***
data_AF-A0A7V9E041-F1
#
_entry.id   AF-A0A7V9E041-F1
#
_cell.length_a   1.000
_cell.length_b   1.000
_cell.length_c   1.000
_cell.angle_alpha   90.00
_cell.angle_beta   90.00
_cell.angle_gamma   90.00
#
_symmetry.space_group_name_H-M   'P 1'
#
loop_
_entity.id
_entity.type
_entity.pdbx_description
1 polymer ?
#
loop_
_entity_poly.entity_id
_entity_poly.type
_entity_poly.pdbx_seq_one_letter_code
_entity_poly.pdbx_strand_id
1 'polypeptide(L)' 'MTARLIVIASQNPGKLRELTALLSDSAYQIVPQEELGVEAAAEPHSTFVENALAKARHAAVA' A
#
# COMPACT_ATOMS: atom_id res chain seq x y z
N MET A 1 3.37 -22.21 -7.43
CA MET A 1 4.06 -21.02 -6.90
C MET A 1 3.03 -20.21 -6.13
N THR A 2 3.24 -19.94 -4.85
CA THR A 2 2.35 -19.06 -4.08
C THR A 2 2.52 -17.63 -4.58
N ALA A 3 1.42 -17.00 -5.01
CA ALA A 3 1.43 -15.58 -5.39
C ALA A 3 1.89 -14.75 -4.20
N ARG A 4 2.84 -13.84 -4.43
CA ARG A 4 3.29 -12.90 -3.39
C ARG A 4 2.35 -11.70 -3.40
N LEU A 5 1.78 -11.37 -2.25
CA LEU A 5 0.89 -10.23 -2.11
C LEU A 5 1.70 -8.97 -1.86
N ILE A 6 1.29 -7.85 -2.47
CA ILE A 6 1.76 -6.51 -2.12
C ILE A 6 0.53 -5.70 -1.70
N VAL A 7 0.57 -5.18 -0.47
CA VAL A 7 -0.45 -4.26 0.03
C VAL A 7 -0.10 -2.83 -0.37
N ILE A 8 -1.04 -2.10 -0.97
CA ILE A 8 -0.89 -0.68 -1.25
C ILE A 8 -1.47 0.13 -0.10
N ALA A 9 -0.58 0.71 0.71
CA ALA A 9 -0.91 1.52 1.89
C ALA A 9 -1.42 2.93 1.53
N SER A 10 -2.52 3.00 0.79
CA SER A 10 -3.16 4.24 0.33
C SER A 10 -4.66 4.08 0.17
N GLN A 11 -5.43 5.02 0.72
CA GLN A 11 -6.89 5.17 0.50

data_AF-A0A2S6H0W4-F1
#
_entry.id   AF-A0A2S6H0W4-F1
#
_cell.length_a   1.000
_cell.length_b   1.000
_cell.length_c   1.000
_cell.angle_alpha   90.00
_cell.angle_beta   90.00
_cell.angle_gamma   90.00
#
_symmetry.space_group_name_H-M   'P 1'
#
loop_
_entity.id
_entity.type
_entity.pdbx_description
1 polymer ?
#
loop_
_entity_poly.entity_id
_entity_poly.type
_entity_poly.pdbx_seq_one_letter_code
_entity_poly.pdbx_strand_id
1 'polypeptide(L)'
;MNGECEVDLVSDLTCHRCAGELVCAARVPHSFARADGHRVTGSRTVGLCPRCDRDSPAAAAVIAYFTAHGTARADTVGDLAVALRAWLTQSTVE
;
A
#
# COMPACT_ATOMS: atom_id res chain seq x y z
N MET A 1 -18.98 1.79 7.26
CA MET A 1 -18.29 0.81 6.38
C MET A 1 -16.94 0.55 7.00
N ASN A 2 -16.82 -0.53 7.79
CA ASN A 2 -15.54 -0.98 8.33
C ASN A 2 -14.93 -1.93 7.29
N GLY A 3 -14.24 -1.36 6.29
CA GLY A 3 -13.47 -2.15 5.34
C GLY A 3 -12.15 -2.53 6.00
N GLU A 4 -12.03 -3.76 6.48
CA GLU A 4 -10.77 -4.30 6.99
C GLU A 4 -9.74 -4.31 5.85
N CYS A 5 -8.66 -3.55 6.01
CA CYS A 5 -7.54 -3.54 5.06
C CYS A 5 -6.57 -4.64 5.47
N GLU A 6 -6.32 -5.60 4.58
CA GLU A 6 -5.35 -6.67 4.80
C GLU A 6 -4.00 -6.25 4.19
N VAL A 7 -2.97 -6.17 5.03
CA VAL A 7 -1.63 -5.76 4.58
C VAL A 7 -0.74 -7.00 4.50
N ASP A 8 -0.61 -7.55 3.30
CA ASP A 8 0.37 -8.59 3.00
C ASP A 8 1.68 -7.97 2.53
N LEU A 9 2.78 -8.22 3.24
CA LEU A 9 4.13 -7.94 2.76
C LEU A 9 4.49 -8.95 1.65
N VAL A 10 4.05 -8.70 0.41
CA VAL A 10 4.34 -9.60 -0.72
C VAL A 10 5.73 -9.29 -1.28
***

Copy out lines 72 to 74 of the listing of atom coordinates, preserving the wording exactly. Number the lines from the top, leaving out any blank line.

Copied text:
#
loop_
_entity.id